Why Young People Wash Out and Churches Fail

 In Blog, Charles Cavanaugh

To do or not to do often weighs heavily on our minds and hearts, leaving us uncertain as to the right path. Decision-making can be a troublesome responsibility.


However, many decisions are made long before we are confronted with them. Our priorities are set either on purpose or by default early in life. If we are not intentional about setting priorities early in life, then unintentional priorities are set, and our decision-making map is drawn by this “unintentionality”.


This is the way many parents operate. Because they do not look beyond the immediate, they make parenting decisions based on comfort, convenience, or external pressures rather than on character, and more importantly, kingdom concerns. When a child cries or complains loudly enough, decisions are made in order to stop the crying rather than with the future in view. Friendships, activities, and any number of matters are addressed without the future of their children or their children’s children in mind. The course is thus set for the next generation; and the next; and the next; ….


Pastors and church leaders are often participants in the same kind of decision-making. Many, if not most, decisions are made without the next generation as a priority. Complaining church members do not need to be patronized but discipled in the priority of Gospel living, Gospel church life, and passing on a godly heritage to the next generation. Churches are weakened and their future Biblical effectiveness undermined when we compromise our message with a weak, man-centered Gospel and give the impression that the church can take its cues from the world instead of bearing witness to the uncompromising truth of the Word of God.


So what can we do to avoid the trap of “unintentionality” in our churches and in our homes. I do not pretend to have all the answers, but I will offer some important matters to embrace. Commit yourself to the glory of God and the purity of the Gospel in the church and in the home. The two are vitally connected, because the Gospel is “the light of the glory of God in the face of Jesus Christ” (2 Cor. 4:6). Everything in the Christian life flows from the Gospel, and everything is done to the glory of God in Christ. Pastors must model the centrality of Christ in their lives and in their preaching. They must also mentor it with ¬†God’s people. Fathers and husbands must model and mentor it as well with their wives and children. Christ-centered living, Gospel-motivated living leads us to make decisions¬†not based on the comfort and convenience of the moment, but for the glory of God and the Biblical good of the next generation. Our descendants can live without many earthly things – but not without Christ and a pure Gospel.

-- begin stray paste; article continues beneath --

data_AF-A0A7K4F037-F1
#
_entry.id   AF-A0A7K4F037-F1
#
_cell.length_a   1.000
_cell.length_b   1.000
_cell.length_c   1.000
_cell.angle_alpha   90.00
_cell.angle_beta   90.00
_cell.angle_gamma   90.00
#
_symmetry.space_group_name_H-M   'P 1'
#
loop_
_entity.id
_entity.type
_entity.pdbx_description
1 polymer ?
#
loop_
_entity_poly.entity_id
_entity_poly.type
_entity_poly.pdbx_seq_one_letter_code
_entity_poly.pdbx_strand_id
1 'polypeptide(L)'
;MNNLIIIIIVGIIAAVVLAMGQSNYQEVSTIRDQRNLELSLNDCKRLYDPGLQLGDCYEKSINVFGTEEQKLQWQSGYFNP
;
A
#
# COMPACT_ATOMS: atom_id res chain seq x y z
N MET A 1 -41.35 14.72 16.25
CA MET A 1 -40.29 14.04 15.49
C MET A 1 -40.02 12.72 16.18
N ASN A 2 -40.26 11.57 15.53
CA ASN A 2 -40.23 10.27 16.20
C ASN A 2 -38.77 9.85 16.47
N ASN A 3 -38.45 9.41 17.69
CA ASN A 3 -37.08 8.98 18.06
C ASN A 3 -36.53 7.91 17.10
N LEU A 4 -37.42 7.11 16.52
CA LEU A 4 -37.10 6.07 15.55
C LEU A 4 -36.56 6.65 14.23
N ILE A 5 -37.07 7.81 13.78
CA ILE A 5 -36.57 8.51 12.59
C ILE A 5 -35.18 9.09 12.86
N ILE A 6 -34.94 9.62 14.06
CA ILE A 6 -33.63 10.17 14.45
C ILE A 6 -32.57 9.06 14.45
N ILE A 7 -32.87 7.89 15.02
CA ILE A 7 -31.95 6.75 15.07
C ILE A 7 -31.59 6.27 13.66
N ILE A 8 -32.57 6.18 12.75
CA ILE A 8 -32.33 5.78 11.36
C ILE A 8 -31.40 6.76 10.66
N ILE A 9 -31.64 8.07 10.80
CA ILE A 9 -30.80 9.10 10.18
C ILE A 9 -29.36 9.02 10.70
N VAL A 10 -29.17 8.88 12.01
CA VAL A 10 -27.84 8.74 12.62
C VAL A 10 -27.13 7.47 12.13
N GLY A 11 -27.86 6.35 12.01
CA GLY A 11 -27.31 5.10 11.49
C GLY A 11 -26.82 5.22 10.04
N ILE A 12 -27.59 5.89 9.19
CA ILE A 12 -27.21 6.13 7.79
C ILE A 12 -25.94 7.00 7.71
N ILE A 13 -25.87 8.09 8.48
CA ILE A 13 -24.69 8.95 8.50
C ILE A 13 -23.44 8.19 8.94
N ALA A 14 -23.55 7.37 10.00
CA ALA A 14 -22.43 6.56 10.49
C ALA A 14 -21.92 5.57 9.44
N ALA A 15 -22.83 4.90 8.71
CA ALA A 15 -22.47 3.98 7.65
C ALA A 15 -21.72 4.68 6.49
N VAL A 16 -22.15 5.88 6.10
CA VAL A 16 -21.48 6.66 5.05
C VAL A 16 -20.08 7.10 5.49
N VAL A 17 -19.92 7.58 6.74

Be ready to pay the price for Biblical priorities. As a young man entering my first pastorate, I set some priorities for ministry on the front end. I was committed to the consistent exposition of God’s Word; to challenging men to be spiritual leaders in the home; and to supporting the cause of the Gospel around the world. By God’s grace I saw some respond, and I have lived long enough to see fruit in the next generation in other families and my own. But their have also been times when kingdom priorities cost me and my family in some painful ways. With God’s help I am able to echo the words of the Apostle Paul: “But none of these things move me, neither count I my life dear unto myself, so that I might finish my course with joy, and the ministry, which I have received of The Lord Jesus, to testify the Gospel of the grace of God” (Acts 20:24).


Charles Cavanaugh

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